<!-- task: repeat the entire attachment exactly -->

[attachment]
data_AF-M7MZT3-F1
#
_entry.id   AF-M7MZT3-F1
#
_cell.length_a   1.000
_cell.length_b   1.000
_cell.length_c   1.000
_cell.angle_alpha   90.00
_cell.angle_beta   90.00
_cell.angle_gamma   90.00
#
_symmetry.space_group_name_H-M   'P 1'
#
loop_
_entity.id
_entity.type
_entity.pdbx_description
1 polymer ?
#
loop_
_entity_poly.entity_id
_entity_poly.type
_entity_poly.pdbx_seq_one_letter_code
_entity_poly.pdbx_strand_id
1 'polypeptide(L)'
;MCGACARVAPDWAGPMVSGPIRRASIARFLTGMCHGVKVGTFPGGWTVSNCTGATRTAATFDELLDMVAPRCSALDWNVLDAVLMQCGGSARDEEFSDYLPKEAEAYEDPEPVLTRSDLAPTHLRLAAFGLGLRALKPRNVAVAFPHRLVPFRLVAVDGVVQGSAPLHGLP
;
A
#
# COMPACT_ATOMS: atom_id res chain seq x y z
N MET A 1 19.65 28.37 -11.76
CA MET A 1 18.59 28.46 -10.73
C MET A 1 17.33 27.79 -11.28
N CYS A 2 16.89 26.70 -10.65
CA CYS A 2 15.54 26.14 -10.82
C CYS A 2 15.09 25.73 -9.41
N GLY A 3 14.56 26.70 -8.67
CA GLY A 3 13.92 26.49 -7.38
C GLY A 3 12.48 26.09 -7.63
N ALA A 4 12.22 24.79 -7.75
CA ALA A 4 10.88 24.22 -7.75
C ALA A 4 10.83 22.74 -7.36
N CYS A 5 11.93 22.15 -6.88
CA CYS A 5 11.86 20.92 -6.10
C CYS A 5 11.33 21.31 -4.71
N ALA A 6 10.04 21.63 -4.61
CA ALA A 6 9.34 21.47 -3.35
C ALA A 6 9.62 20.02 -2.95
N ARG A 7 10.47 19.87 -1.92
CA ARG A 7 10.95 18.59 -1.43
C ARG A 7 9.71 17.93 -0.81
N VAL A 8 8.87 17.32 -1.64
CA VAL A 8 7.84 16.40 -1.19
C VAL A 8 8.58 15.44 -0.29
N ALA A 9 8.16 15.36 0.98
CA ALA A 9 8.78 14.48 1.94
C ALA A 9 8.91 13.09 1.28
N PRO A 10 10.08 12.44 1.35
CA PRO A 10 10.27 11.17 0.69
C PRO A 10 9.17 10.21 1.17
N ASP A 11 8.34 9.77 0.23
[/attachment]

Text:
data_AF-M7MZT3-F1
#
_entry.id   AF-M7MZT3-F1
#
_cell.length_a   1.000
_cell.length_b   1.000
_cell.length_c   1.000
_cell.angle_alpha   90.00
_cell.angle_beta   90.00
_cell.angle_gamma   90.00
#
_symmetry.space_group_name_H-M   'P 1'
#
loop_
_entity.id
_entity.type
_entity.pdbx_description
1 polymer ?
#
loop_
_entity_poly.entity_id
_entity_poly.type
_entity_poly.pdbx_seq_one_letter_code
_entity_poly.pdbx_strand_id
1 'polypeptide(L)'
;MCGACARVAPDWAGPMVSGPIRRASIARFLTGMCHGVKVGTFPGGWTVSNCTGATRTAATFDELLDMVAPRCSALDWNVLDAVLMQCGGSARDEEFSDYLPKEAEAYEDPEPVLTRSDLAPTHLRLAAFGLGLRALKPRNVAVAFPHRLVPFRLVAVDGVVQGSAPLHGLP
;
A
#
# COMPACT_ATOMS: atom_id res chain seq x y z
N MET A 1 19.65 28.37 -11.76
CA MET A 1 18.59 28.46 -10.73
C MET A 1 17.33 27.79 -11.28
N CYS A 2 16.89 26.70 -10.65
CA CYS A 2 15.54 26.14 -10.82
C CYS A 2 15.09 25.73 -9.41
N GLY A 3 14.56 26.70 -8.67
CA GLY A 3 13.92 26.49 -7.38
C GLY A 3 12.48 26.09 -7.63
N ALA A 4 12.22 24.79 -7.75
CA ALA A 4 10.88 24.22 -7.75
C ALA A 4 10.83 22.74 -7.36
N CYS A 5 11.93 22.15 -6.88
CA CYS A 5 11.86 20.92 -6.10
C CYS A 5 11.33 21.31 -4.71
N ALA A 6 10.04 21.63 -4.61
CA ALA A 6 9.34 21.47 -3.35
C ALA A 6 9.62 20.02 -2.95
N ARG A 7 10.47 19.87 -1.92
CA ARG A 7 10.95 18.59 -1.43
C ARG A 7 9.71 17.93 -0.81
N VAL A 8 8.87 17.32 -1.64
CA VAL A 8 7.84 16.40 -1.19
C VAL A 8 8.58 15.44 -0.29
N ALA A 9 8.16 15.36 0.98
CA ALA A 9 8.78 14.48 1.94
C ALA A 9 8.91 13.09 1.28
N PRO A 10 10.08 12.44 1.35
CA PRO A 10 10.27 11.17 0.69
C PRO A 10 9.17 10.21 1.17
N ASP A 11 8.34 9.77 0.23